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Fall Guys’ grab is the key to both victory and petty spite

Grabbing is a powerful tool (or just way to be rude)

A swarm of Fall Guys try to make their way across lit up platforms Image: Mediatonic/Devolver Digital
Cass Marshall is a news writer focusing on gaming and culture coverage, taking a particular interest in the human stories of the wild world of online games.

Fall Guys: Ultimate Knockout isn’t the typical battle royale experience in a lot of ways; it’s soft, brightly colored, goofy, and silly. Players run through elaborate obstacle courses with little bean bodies, getting knocked aside by spinning rails or smashing their bodies against fake doors. In order to get to the goal and beat out the rest of the players, winners need to learn how to dodge, run, jump, dive, and grab.

Grabbing is super potent in certain contexts. Players can grab an enemy and haul them in front of an obstacle, while avoiding it themselves. Some maps ask the contestants to grapple over a finite amount of items, and you have to grab a ball to throw in your net, or grab the guy in your net who’s trying to snatch your hard-earned balls away. Players have quickly discovered that grabbing can mean the difference between a win and a loss.

But there are times when grabbing is actually a hindrance to both players. If I am at the start of a race, or near the finish line, and I grab a rival with my chubby little ball hands, we are both locked away from the goal. They have to deal with me, and I have seized so much momentum out of their hands. On social media, Fall Guys players are readily sharing clips of grabbing fails where both fans ultimately lose:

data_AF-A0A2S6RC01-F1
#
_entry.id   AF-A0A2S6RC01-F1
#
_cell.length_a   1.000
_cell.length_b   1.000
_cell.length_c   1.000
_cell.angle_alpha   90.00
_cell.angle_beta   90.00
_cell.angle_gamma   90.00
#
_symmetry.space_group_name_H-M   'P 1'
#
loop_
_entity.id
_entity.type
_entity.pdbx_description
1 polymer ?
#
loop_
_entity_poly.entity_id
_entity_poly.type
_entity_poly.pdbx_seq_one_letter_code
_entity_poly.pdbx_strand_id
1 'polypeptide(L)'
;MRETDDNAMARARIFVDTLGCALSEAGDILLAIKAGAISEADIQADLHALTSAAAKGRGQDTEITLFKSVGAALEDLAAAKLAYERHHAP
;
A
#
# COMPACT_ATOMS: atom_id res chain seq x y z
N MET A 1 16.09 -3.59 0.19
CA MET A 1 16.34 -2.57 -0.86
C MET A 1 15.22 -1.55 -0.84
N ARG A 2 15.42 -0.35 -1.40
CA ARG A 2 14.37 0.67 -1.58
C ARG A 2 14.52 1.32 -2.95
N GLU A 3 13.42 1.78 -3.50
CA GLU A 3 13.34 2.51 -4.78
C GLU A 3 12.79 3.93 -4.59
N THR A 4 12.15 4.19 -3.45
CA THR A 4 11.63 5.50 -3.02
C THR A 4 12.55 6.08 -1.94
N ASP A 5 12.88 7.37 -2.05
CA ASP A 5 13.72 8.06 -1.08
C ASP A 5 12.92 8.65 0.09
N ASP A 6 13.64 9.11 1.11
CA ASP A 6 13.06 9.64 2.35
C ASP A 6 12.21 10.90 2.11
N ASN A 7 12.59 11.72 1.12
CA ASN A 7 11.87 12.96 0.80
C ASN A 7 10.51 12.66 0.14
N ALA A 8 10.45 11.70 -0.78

Grabbing someone makes the game briefly but immediately personal. The entire game, in that moment, becomes about escaping that person’s grubby little hands. If I escape, and see that player in the next game, I become immediately focused on exacting my revenge upon them. That’s a common instinct, especially as the group of players narrows.

In the above clip, I saw a guy I had grappled with on a see-saw scramble to get his own tail. Claiming that tail would help me win the round, but I mostly targeted him due to revenge. I moved onto the next round, and he did not. That was the real victory, even if I couldn’t ultimately claim the crown.

My colleague Julia Lee has similar experiences with her regular group of Fall Guys players. One pal in particular will go after grabbers with a vengeance. “Johnny is the friend in our group with, like, a dummy amount of confidence, because he wins a lot,” Julia tells me over Slack. “So if somebody grabs him at the start of a round or at the end of the round, he’ll fight back. I can literally hear him grumbling, ‘C’mere, you fucker,’ in call as he does this. He’ll remember the person’s name and target them in coming rounds. He’s a monster, but he has like 10 wins under his belt, so…”

Clearly, these tactics are justified, both ethically and competitively.

Grabbing is so infuriating, so effective, that it immediately sears itself into the player’s memory. It’s enough to transform the usual flat, unimpressed resting face I usually sport while I play multiplayer games into an actively delighted smile. As time goes by, the competition will undoubtedly get fiercer — but until then, we’ll all continue our little bean-wrestling tango across the battlefield.

The next level of puzzles.

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